Here's a useful little FAQ item that Dave found for those of you in the throes of pregnancy or contemplating it ...
Should I have a baby after 35?
This week's quiz:
Let's keep doing these ... choose the word from the list that's closest in meaning to the word in capitals:
1. He was LAMPOONED: praised, satirised, surrounded, caught, struck
2. A NOCENT dose: disagreeable, healing, harmful, useless, narcotic
3. OCULAR proof: positive, visual, questionable, scientific, probable
4. A RISIBLE mistake: pardonable, inexcusable, laughable, costly, doubtful
5. SALUTARY policies: intricate, beneficial, secret, domestic, extensive
6. His wife is a TERMAGANT: quarrelsome woman, child-beater, invalid, spend-thrift, miser
7. A SANGUINARY contest: uneven, beneficial, decisive, bloody, notable, doubtful
8. IMPECCABLE attire: strange, inappropriate, faultless, customary, formal
9. He was warned against MENDICANTS: quack doctors, socialists, liars, robbers, beggars
10.We DECRIED the play: praised, condemned, advertised, reviewed, enjoyed
Phil found this newsworthy item and sent it in:
A truck loaded with thousands of copies of Roget's Thesaurus crashed as it left a New York publishing house last Thursday, according to the Associated Press. Witnesses were stunned, startled, aghast, taken aback, stupefied, confused, punchy, shocked, rattled, paralyzed, dazed, bewildered, mixed up, surprised, awed, dumbfounded, nonplused, flabbergasted, astounded, amazed, confounded, astonished, boggled, overwhelmed, horrified, numbed, and perplexed.
Last week's quiz:
Choose the word from the list that's closest in meaning to the word in capitals:
1. A MEDICABLE disease: malignant, fatal, CURABLE, infectious, hereditary
2. He was guilty of PECULATION: desertion, arson, murder, EMBEZZLEMENT, lying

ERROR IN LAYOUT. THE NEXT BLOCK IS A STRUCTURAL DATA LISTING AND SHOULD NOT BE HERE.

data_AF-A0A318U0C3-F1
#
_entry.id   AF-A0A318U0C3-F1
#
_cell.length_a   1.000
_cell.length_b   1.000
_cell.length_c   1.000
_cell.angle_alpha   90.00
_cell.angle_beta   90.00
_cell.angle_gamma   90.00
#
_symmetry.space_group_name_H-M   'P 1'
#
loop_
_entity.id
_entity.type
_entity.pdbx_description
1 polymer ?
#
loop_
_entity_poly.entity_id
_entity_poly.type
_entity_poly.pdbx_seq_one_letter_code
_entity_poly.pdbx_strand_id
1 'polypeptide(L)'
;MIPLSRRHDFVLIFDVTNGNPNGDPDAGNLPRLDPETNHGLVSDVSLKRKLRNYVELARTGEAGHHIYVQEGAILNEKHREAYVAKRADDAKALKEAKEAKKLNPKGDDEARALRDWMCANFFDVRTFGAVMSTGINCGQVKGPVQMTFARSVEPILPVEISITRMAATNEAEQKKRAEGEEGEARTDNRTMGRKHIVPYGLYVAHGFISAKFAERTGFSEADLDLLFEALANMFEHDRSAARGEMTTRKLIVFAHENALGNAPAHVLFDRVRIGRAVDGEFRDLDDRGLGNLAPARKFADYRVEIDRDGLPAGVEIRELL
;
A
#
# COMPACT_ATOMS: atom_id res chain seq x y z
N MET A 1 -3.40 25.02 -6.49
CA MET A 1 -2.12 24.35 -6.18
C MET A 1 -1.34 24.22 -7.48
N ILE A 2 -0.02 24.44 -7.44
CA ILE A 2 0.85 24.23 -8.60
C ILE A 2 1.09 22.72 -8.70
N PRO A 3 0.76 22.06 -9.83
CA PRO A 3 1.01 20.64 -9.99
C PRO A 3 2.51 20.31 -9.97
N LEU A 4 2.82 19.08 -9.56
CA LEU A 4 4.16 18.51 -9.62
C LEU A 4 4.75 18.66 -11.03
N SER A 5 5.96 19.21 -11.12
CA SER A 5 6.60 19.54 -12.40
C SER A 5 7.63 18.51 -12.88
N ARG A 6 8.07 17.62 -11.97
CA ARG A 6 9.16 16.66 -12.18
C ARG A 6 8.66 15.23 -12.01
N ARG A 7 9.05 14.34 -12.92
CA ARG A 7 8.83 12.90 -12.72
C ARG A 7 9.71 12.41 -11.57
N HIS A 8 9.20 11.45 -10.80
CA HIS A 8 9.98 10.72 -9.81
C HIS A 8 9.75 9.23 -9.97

3. An UNCTUOUS substance: hard, pliable, OILY, gritty, poisonous
4. A VERACIOUS historian: prejudiced, inaccurate, stimulating, TRUTHFUL, mediaeval
5. A SARDONIC expression: encouraging, sickly, SARCASTIC, confident, calm
6. An IMMUTABLE law: variable, uniform, UNALTERABLE, disregarded, unjust
7. TEPID waters: foul, clear, hot, boiling, LUKEWARM
8. Such thought DEBILITATE the mind: strengthen, stimulate, engross, WEAKEN, fill
9. A FERINE cry: blood-curdling, cat-like, WILD, mourning, piercing
10.The story was GERMANE: foreign, unknown, believable, RELEVANT, fictitious
Thanks to everyone who's left a message and stuck a pin on the map:
A Little Something Extra
If you're writing any sort of fiction, or a biography, or just for the sheer fun of it, this site is a treasure! You can type in any date and it will tell you what was going on in the world on that day. You get newspaper headlines, pop charts, TV shows, books, toys and birthdays for dates from 1800 to 2001!
Word of the week: Eisoptrophobia (n) Fear of mirrors ... and can't we all relate to this? Especially when the weather warms up and the time to don the swimming cossie draws ever closer ... shudder ...
Oxymoron of the week: Boy Bands with Instruments ... My son and daughter (both "real" musicians) assure me that this is a good one!
And a Latin phrase for when you suspect one of your your friends may be in a "delicate condition."
Intellego eam praegantem esse. (I hear she's pregnant.)